In physics, power (symbol: P) is defined as the amount of energy consumed per unit time. Power (physics)
In physics, a force is said to do work when it acts on a body, and there is a displacement of the point of application in the direction of the force. Work (physics)
In physics, a wave is a disturbance or oscillation that travels through space and matter, accompanied by a transfer of energy.
In classical mechanics, a harmonic oscillator is a system that, when displaced from its equilibrium position, experiences a restoring force, F, proportional to the displacement, x: where k is a positive constant. If F is the only force acting on the system, the system is called a simple harmonic oscillator, and it undergoes simple harmonic motion: sinusoidal oscillations about the equilibrium point, with a constant amplitude and a constant frequency (which does not depend on the amplitude). Harmonic oscillator
In physics, a conservation law states that a particular measurable property of an isolated physical system does not change as the system evolves. One particularly important physical result concerning conservation laws is Noether's theorem, which states that there is a one-to-one correspondence between conservation laws and differentiable symmetries of physical systems. Conservation law
Torque Torque, moment or moment of force (see the terminology below), is the tendency of a force to rotate an object about an axis, fulcrum, or pivot.
This gyroscope remains upright while spinning due to its angular momentum. Angular momentum
Potential energy is energy stored by virtue of the position of an object in a force field, such as a gravitational, electric or magnetic field. For example, lifting an object against gravity performs work on the object and stores gravitational potential energy; if it falls, gravity does work on the object which transforms the potential energy to kinetic energy associated with its speed. Some specific forms of energy include elastic energy due to the stretching or deformation of solid objects, chemical energy such as is released when a fuel burns, and thermal energy, the microscopic kinetic and potential energies of the disordered motions of the particles making up matter.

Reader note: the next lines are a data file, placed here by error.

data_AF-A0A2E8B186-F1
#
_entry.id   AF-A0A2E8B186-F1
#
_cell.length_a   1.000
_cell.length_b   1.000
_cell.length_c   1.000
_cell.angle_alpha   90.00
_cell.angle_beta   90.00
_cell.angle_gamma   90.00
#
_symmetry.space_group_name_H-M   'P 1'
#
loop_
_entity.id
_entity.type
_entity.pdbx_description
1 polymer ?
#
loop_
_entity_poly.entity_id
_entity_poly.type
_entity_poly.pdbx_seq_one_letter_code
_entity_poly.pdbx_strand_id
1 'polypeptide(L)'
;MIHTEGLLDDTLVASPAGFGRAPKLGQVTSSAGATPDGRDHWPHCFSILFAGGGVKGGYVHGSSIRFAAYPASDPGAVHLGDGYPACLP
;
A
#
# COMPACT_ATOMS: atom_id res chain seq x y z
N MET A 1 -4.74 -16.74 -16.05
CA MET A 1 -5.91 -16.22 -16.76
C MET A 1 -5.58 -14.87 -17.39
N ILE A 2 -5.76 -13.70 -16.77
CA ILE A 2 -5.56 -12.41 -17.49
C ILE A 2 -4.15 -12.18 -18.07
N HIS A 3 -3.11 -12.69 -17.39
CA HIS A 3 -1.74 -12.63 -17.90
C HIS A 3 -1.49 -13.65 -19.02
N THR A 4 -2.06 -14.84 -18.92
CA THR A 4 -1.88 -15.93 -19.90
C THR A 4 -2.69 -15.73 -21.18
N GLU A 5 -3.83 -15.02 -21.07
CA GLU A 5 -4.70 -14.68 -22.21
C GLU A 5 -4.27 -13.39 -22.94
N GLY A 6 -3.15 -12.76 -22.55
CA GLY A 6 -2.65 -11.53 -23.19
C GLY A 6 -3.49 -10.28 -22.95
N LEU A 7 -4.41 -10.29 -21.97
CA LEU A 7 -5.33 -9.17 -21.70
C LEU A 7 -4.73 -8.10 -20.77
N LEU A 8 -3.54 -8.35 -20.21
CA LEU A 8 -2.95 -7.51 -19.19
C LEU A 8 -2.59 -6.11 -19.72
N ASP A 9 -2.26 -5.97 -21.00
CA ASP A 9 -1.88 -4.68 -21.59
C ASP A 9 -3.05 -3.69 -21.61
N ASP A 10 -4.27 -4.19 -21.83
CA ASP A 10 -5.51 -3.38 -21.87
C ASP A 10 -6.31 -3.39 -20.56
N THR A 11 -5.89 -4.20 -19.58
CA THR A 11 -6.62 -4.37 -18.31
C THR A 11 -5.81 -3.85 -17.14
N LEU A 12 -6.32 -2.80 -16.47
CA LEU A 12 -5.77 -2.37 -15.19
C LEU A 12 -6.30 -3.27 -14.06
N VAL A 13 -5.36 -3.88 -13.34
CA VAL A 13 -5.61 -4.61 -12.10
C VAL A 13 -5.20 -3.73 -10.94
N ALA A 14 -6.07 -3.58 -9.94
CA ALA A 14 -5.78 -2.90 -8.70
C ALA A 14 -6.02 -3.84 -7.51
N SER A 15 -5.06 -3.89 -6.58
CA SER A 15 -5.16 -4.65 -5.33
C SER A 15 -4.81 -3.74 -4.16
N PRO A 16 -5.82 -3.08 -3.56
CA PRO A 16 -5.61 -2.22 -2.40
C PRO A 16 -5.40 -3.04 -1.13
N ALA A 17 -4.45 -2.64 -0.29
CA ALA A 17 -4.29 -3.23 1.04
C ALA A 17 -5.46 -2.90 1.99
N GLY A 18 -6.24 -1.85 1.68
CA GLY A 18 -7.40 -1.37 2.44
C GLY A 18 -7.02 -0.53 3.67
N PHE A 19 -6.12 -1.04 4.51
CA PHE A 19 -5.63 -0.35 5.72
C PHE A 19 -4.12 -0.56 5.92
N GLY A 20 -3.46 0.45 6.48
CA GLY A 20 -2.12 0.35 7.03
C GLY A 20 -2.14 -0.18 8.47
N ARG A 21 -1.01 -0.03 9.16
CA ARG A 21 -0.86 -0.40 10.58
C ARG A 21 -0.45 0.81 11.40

Force The original form of Newton's second law states that the net force acting upon an object is equal to the rate at which its momentum changes with time. If the mass of the object is constant, this law implies that the acceleration of an object is directly proportional to the net force acting on the object, is in the direction of the net force, and is inversely proportional to the mass of the object. As a formula, this is expressed as:
Like velocity, linear momentum is a vector quantity, possessing a direction as well as a magnitude: Momentum
In physics, mass (from Greek μᾶζα "barley cake, lump [of dough]") is a property of a physical body which determines the body's resistance to being accelerated by a force and the strength of its mutual gravitational attraction with other bodies. The SI unit of mass is the kilogram (kg). Mass
Acceleration For example, an object such as a car that starts from standstill, then travels in a straight line at increasing speed, is accelerating in the direction of travel.
If there is a change in speed, direction, or both, then the object has a changing velocity and is said to be undergoing an acceleration. Velocity
Length In geometric measurements, length is the longest dimension of an object. In other contexts "length" is the measured dimension of an object. For example it is possible to cut a length of a wire which is shorter than wire thickness. Length may be distinguished from height, which is vertical extent, and width or breadth, which are the distance from side to side, measuring across the object at right angles to the length.
Motion (physics) In physics, motion is a change in position of an object with respect to time and its reference point. Motion is typically described in terms of displacement, direction, velocity, acceleration, and time. Motion is observed by attaching a frame of reference to a body and measuring its change in position relative to that frame.
Newton's law of universal gravitation